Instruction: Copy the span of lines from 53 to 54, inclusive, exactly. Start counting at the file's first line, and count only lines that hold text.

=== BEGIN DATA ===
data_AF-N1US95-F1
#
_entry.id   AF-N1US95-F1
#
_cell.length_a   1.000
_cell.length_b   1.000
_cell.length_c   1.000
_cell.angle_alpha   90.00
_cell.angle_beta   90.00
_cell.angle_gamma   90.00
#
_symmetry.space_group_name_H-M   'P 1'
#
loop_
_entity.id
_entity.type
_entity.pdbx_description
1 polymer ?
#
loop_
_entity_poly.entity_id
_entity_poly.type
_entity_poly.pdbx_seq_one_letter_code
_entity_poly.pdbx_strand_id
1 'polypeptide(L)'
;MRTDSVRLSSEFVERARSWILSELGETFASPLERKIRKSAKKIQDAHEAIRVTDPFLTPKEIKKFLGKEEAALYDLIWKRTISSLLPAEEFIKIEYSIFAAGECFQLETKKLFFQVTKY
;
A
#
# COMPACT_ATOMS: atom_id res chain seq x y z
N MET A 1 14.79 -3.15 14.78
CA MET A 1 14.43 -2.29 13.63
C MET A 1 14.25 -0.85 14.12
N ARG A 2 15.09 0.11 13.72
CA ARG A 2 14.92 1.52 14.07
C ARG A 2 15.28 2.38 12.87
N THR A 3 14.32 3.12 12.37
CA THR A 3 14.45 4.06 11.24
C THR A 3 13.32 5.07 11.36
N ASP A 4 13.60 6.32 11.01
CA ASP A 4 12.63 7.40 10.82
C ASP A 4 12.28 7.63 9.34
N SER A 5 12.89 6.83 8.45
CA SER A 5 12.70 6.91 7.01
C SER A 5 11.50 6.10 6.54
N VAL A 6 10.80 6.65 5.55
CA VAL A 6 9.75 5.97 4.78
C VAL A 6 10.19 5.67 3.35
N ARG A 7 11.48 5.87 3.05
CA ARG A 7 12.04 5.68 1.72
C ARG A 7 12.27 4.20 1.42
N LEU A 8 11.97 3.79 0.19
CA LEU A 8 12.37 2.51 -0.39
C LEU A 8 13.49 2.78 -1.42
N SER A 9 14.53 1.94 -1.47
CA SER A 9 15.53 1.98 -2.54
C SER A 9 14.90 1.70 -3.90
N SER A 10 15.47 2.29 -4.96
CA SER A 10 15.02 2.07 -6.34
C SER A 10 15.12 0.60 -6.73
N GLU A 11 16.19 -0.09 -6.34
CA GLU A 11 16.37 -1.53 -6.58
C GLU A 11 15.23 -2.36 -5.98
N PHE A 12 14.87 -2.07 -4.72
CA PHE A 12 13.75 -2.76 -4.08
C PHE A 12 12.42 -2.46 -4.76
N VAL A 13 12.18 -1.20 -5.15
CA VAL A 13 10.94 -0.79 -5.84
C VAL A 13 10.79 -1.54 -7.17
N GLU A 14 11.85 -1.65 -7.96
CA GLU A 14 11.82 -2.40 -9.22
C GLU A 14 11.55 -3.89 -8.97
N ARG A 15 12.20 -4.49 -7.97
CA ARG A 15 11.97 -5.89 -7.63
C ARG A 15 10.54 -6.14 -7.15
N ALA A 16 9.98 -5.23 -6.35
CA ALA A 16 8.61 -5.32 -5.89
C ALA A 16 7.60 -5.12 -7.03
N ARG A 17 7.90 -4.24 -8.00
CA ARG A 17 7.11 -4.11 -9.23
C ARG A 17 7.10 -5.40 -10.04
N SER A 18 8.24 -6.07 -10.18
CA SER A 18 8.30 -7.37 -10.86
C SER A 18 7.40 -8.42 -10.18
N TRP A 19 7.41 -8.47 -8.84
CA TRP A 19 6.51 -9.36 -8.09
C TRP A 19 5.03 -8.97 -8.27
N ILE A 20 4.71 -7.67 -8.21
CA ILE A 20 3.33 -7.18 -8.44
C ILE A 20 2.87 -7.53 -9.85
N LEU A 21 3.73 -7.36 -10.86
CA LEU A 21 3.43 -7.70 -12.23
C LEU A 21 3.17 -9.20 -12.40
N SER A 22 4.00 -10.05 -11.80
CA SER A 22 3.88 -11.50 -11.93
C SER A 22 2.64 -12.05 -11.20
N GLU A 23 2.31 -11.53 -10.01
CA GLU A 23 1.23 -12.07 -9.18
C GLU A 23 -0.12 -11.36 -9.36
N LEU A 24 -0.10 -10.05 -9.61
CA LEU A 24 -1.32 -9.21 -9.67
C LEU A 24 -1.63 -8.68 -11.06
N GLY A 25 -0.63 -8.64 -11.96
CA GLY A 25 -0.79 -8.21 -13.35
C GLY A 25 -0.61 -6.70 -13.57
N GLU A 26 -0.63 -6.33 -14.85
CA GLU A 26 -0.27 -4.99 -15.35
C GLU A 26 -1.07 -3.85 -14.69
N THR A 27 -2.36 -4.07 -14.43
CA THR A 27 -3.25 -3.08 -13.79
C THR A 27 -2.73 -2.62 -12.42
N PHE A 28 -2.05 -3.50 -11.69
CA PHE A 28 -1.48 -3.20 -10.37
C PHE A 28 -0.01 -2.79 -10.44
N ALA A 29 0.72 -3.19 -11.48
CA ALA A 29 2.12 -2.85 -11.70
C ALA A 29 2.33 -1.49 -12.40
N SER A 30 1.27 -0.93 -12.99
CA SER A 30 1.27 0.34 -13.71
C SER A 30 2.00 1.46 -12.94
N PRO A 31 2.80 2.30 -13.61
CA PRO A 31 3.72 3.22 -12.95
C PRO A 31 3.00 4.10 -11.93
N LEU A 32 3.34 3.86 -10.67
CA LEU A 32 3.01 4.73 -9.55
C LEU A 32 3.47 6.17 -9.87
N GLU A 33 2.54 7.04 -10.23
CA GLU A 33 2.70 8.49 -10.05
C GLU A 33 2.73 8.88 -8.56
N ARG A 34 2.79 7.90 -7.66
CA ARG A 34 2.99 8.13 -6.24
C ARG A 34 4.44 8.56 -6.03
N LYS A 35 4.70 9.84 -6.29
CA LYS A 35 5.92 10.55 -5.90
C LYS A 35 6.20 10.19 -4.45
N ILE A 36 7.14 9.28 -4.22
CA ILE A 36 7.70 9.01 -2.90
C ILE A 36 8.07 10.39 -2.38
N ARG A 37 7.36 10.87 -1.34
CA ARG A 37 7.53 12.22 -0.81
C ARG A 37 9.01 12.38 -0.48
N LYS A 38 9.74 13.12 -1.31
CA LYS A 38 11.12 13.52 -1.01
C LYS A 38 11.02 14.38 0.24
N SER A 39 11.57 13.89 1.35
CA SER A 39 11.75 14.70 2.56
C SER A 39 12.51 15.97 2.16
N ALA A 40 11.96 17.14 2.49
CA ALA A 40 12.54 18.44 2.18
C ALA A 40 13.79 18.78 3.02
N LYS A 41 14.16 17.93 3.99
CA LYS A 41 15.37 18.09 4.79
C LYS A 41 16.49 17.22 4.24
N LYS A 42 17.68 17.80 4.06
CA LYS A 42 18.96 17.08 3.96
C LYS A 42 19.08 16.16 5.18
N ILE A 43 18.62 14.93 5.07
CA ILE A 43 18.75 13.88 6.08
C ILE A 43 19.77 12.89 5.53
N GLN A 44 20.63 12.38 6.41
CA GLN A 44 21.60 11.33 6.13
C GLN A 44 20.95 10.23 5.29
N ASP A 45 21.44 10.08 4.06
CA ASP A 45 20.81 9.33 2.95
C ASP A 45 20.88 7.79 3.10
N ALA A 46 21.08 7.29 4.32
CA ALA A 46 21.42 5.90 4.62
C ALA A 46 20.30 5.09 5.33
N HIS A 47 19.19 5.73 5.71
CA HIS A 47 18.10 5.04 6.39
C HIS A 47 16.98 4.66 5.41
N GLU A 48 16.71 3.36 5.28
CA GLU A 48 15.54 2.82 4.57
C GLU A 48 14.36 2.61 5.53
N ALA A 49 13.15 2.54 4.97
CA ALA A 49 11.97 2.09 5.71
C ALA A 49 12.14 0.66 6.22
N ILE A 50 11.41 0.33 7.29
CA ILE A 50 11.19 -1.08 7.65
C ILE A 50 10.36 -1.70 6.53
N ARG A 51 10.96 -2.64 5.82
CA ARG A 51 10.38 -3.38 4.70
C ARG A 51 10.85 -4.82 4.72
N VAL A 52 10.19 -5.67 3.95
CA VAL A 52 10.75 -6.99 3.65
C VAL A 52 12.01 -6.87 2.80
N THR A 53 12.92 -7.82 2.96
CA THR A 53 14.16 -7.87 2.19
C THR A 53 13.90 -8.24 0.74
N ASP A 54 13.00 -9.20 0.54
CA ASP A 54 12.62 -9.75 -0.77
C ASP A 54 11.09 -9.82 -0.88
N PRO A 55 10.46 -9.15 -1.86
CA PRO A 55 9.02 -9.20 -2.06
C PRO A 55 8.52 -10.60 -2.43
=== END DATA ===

CA LEU A 8 12.37 2.51 -0.39
C LEU A 8 13.49 2.78 -1.42